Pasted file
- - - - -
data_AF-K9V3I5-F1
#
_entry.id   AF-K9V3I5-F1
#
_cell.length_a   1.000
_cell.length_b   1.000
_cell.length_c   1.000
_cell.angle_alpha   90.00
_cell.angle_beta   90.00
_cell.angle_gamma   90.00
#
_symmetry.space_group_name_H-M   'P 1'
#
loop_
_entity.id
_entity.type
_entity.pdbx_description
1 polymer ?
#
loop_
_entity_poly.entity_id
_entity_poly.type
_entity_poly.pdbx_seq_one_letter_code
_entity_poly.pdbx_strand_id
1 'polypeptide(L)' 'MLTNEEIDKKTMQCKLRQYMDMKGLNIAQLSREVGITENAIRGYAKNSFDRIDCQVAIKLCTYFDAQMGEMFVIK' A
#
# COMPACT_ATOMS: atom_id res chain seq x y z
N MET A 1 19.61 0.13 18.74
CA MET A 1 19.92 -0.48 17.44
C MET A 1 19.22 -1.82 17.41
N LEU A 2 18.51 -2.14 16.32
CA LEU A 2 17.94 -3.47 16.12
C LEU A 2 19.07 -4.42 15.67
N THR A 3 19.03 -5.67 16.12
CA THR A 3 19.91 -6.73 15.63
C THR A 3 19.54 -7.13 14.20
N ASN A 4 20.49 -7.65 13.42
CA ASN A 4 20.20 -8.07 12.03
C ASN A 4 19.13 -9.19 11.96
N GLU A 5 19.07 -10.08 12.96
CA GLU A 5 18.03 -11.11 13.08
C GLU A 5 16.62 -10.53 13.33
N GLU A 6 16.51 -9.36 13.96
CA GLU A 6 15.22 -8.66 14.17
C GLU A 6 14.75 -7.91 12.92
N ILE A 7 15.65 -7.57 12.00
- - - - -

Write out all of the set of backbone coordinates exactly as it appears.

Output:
data_AF-K9V3I5-F1
#
_entry.id   AF-K9V3I5-F1
#
_cell.length_a   1.000
_cell.length_b   1.000
_cell.length_c   1.000
_cell.angle_alpha   90.00
_cell.angle_beta   90.00
_cell.angle_gamma   90.00
#
_symmetry.space_group_name_H-M   'P 1'
#
loop_
_entity.id
_entity.type
_entity.pdbx_description
1 polymer ?
#
loop_
_entity_poly.entity_id
_entity_poly.type
_entity_poly.pdbx_seq_one_letter_code
_entity_poly.pdbx_strand_id
1 'polypeptide(L)' 'MLTNEEIDKKTMQCKLRQYMDMKGLNIAQLSREVGITENAIRGYAKNSFDRIDCQVAIKLCTYFDAQMGEMFVIK' A
#
# COMPACT_ATOMS: atom_id res chain seq x y z
N MET A 1 19.61 0.13 18.74
CA MET A 1 19.92 -0.48 17.44
C MET A 1 19.22 -1.82 17.41
N LEU A 2 18.51 -2.14 16.32
CA LEU A 2 17.94 -3.47 16.12
C LEU A 2 19.07 -4.42 15.67
N THR A 3 19.03 -5.67 16.12
CA THR A 3 19.91 -6.73 15.63
C THR A 3 19.54 -7.13 14.20
N ASN A 4 20.49 -7.65 13.42
CA ASN A 4 20.20 -8.07 12.03
C ASN A 4 19.13 -9.19 11.96
N GLU A 5 19.07 -10.08 12.96
CA GLU A 5 18.03 -11.11 13.08
C GLU A 5 16.62 -10.53 13.33
N GLU A 6 16.51 -9.36 13.96
CA GLU A 6 15.22 -8.66 14.17
C GLU A 6 14.75 -7.91 12.92
N ILE A 7 15.65 -7.57 12.00